- Maven's VCTs invest in both unquoted companies and Aim stocks
- They have found their best deals outside London
- Sectors such as software, healthcare, funeral care and cybersecurity have performed well over the course of the pandemic
Investor demand for venture capital trusts (VCTs) shows little sign of letting up. Fundraising levels for the 2021-2022 tax year in late December suggested that inflows will exceed those in 2020-2021 which was also a bumper year. VCTs' tax breaks, which include 30 per cent upfront income tax relief if you hold a VCT's shares for at least five years and tax-free dividends, have been buttressed by the growth of technology businesses in the UK.
This is a key point in favour of the VCT market, according to Bill Nixon, managing partner and head of the investment team at Maven Capital Partners. “The UK has become a world-class technology economy with some great companies emerging,” he adds.
Nixon thinks that this makes VCTs, which gravitate towards tech-facilitated businesses, more attractive. And reductions in the lifetime and annual pension allowances mean that VCTs and Enterprise Investment Schemes (EIS) are “one of the last few mediums available for investors to get a tax shelter on their investments,” he says.
Maven Capital Partners, which was acquired by wealth manager Mattioli Woods (MTW) in July 2021, runs four VCTs with a combined net asset value (NAV) of about £270m. The VCTs co-invest in many of the same assets. Two of them hold nearly 120 investments and the other two have just under 100, and this scale helps with diversification and risk management.
A few VCT managers, such as Maven Capital, invest their funds in both private companies and Aim-quoted companies, rather than just focusing on one or the other. Maven's VCTs have “around 10 to 15 per cent” of their assets in Aim stocks alongside unlisted investments. Nixon says that “using the blend of the two asset classes” has benefited Maven’s investors due to Aim’s strong performance in recent years and the flexibility “different liquidity characteristics” of listed investments offer.
Aim stocks held by the Maven VCTs include software business Ideagen (IDEA), Maven Income and Growth VCT 5's (MIG5) largest holding, and biotechnology company Avacta (AVCT) which has developed a rapid Covid-19 test. While Aim has performed well over the course of the pandemic, Nixon recognises that the market “has also been extremely volatile in the past”. Generalist VCTs, which invest in unquoted companies across various industry sectors, have outperformed Aim VCTs over the longer-term, with 2008 and 2009 a notable nadir for the latter due to the impact of the financial crisis.
Maven has focused for the past several years on “sectors with extremely sticky income [including] software, healthcare, data analytics, training, funeral care and cybersecurity,” says Nixon. The largest holding in Maven’s biggest VCT by NAV, Maven Income and Growth VCT 4 (MAV4), is a private crematoria business valued at £4m.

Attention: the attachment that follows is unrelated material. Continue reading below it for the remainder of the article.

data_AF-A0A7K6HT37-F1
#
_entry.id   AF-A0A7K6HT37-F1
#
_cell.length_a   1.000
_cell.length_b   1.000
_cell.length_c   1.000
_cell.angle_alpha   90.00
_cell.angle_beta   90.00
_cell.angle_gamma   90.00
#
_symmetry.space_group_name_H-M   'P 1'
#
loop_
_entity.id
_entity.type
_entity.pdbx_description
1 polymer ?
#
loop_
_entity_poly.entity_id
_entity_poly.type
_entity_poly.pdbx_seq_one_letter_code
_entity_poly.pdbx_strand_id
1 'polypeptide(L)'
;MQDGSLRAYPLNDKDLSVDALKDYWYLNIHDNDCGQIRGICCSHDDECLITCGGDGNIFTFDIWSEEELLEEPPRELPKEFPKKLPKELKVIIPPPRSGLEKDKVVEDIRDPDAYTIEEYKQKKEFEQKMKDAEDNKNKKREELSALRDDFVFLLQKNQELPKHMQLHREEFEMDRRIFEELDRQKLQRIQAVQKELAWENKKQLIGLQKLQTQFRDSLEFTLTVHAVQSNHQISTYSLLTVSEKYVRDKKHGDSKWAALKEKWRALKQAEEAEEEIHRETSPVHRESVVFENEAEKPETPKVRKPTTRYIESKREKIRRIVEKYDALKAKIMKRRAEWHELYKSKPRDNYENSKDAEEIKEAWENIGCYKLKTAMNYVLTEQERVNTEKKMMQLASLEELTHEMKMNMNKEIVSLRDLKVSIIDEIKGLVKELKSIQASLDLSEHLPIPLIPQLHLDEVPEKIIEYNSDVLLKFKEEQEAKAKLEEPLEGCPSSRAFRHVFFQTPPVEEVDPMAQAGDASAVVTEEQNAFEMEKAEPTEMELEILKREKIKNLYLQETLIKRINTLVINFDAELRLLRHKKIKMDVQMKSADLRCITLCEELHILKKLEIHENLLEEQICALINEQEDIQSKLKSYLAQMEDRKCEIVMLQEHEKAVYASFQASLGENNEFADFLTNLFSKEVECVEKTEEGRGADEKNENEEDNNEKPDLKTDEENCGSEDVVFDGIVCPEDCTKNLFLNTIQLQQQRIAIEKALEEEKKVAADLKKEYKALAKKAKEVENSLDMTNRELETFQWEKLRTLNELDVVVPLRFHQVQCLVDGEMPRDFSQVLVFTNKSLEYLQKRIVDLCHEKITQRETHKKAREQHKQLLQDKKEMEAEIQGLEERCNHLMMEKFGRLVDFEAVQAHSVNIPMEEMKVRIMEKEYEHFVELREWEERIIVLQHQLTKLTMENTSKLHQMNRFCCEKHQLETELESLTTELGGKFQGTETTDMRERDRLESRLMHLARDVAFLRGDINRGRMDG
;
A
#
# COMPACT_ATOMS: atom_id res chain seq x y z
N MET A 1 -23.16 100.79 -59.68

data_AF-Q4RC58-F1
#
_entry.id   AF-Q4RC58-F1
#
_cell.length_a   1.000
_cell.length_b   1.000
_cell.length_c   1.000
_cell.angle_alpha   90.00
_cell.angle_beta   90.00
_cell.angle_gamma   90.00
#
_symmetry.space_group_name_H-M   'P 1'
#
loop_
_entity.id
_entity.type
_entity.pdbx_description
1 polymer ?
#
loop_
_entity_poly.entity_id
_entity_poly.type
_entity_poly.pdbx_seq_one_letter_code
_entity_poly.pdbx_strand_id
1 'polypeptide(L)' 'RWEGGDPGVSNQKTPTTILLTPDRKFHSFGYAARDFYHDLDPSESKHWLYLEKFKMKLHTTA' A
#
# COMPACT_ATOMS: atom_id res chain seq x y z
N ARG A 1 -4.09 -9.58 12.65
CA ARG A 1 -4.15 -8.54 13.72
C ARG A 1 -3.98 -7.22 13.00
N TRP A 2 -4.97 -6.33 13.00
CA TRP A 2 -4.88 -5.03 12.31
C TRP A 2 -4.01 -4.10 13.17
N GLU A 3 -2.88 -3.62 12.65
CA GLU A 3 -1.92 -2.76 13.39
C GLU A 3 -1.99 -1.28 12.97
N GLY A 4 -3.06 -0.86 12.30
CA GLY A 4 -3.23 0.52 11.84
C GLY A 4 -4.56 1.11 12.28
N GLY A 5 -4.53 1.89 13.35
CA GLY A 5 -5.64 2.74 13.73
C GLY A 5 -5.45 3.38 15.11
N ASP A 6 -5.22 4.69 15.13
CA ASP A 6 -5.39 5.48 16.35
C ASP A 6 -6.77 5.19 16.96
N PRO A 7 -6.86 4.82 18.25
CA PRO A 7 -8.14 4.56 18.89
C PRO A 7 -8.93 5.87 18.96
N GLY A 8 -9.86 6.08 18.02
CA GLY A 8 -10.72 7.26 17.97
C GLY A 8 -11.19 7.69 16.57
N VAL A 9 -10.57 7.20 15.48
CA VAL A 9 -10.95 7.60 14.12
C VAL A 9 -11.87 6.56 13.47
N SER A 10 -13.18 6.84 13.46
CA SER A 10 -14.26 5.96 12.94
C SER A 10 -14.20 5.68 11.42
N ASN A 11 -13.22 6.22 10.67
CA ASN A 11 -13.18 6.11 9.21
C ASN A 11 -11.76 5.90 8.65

While many of these sectors were hit as the pandemic emerged, the direction of travel is positive. “These are all sectors that are insulated and resilient against the impact of the pandemic, and have now recovered to or exceeded pre-pandemic positions,” says Nixon.
Maven is a UK-wide manager with 10 offices across the country including in Newcastle, Manchester and Edinburgh. Edinburgh has been Maven’s busiest office over the past two years, and Nixon says that he has found that there are “better deals in the regions” than the “heavily intermediated market” in London. Price pressures “are less acute in the regions” which helps drive better deals.
Maven aims for steady growth and stable returns. Nixon doesn’t like “investors to be up 20p one year and down 20p the next year, in terms of their NAV.” According to the Association of Investment Companies, Maven Income and Growth VCT 5 delivered a NAV total return of 145 per cent over 10 years making it the best performing Maven VCT over that period.
As we look ahead to the end of the tax year, the VCT fundraising season is going at full throttle. At time of writing, Maven Income and Growth VCT 3 (MIG3) and Maven Income and Growth VCT 4 were seeking to raise £20m and, if necessary, a further £20m via an over-allotment facility. Nixon “expects pretty much all of the major [VCT] offers to comfortably sell out, including our own."
While the VCT market’s fundamentals and prospects look promising, Nixon says that it doesn’t mean things can’t be improved. There are some “wrinkles” in the market that could be addressed, and one reform he would like to see is a change to cash out rules. “It would be helpful if we could fund an element of cash out for retiring shareholders,” he says – something currently prohibited by VCT regulations.
Nixon also argues that VCTs can play a part in the portfolios of “most investors with diverse holdings.” Many financial advisers would caveat that on the grounds that VCTs are a very high risk product due to their focus on less liquid, unlisted investments and riskier assets - hence the tax reliefs on offer